Example: Let's say we adopt something of a quest-based advancement scheme.
For trade, let's say a trader needs to see as many markets as he has levels to
advance (ie. by level 10 he needs to have visited 10 different Markets). Well,
this means the character now will need to do more less-productive travel. To
support himself, he'll need more money at his tasks than an balanced system
without quests, and the returns need to justify the effort. So, we up the
ante on some skills. For equestrian, if I've got to fulfill some quests before
I can reach level 3, I can't make money at all until after the quests are done.
So, other skills at lower levels need to be productive enough to support
themselves and their equestrian allies. Hence, lots of re-tuning. (BTW, all
of this is referring to a balanced system with more modest growth than the
Specifically, I think it'd be valuable to make some hard priority choices. What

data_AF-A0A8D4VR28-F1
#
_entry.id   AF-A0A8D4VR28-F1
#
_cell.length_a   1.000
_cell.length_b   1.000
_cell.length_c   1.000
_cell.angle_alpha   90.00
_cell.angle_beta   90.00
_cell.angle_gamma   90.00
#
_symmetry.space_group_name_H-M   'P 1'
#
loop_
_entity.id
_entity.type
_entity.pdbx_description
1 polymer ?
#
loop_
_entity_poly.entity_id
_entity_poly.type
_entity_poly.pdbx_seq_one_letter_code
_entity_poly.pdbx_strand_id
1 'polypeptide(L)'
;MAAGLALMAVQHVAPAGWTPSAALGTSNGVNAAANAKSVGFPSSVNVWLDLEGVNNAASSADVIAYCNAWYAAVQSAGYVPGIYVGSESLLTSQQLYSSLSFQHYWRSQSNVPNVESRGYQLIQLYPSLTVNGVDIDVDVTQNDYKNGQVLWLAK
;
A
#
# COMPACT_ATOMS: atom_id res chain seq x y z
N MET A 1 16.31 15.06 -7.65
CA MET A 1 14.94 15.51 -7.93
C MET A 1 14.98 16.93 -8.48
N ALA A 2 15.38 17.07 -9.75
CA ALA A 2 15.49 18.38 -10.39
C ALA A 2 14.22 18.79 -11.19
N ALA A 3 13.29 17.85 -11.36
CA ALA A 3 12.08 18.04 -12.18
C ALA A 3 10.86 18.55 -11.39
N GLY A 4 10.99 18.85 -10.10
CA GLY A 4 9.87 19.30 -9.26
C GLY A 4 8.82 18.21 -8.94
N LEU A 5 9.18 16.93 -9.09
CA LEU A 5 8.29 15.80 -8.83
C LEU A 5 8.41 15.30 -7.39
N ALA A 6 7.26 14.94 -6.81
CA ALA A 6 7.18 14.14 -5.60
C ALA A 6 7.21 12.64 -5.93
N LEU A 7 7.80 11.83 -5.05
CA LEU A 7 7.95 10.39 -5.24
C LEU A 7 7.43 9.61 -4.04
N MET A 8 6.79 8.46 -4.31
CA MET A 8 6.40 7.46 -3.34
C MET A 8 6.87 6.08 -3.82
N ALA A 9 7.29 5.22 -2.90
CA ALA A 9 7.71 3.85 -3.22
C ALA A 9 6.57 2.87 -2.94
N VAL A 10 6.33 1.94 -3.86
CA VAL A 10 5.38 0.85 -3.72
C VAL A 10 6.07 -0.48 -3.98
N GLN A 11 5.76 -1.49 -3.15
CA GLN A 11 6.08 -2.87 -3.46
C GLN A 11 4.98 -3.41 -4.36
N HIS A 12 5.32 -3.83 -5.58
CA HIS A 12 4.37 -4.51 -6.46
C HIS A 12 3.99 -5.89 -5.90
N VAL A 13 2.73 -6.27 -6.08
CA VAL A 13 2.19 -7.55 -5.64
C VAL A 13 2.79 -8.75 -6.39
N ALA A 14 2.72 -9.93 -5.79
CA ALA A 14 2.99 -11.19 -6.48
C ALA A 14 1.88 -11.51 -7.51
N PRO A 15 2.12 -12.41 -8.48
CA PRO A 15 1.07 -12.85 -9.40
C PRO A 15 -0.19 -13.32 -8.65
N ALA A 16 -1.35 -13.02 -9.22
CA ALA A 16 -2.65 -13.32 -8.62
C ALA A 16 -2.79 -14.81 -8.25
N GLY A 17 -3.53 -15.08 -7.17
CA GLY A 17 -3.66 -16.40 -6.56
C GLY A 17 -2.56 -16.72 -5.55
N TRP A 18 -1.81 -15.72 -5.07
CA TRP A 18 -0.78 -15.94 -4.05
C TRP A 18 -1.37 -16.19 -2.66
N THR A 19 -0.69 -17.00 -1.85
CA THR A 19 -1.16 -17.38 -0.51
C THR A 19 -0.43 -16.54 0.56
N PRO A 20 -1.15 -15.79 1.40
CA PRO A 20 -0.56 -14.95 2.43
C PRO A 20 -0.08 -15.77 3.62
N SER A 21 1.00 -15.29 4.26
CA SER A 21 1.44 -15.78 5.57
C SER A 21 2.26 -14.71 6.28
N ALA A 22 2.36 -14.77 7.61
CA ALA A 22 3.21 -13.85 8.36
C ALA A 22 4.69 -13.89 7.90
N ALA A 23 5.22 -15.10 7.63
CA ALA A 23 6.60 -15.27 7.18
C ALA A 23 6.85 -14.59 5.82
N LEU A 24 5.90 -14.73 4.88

needs to be done when. Another example is lore sheets - we've got all these
nifty new subskills, but most people don't know how to use them. I think
the game dynamics will be much different after these lore sheets are out, and
fine-tuning a system now will give the wrong balance later.
Another for-instance: you mentioned implementing the 6-8 school magic system.
My memory of this indicates that many of the proposals included combination
spells, ie that for "Summon Fire Elemental" you'd need levels in both fire
magic and animal control. This means you can't have a subskill suystem with
just a single parent.
I guess the easy way to sum my point up is that I think we should back off a bit
on the nitty-gritty, have Rich give us an idea of the master-plan of where
things are going, and discuss the best way to get there.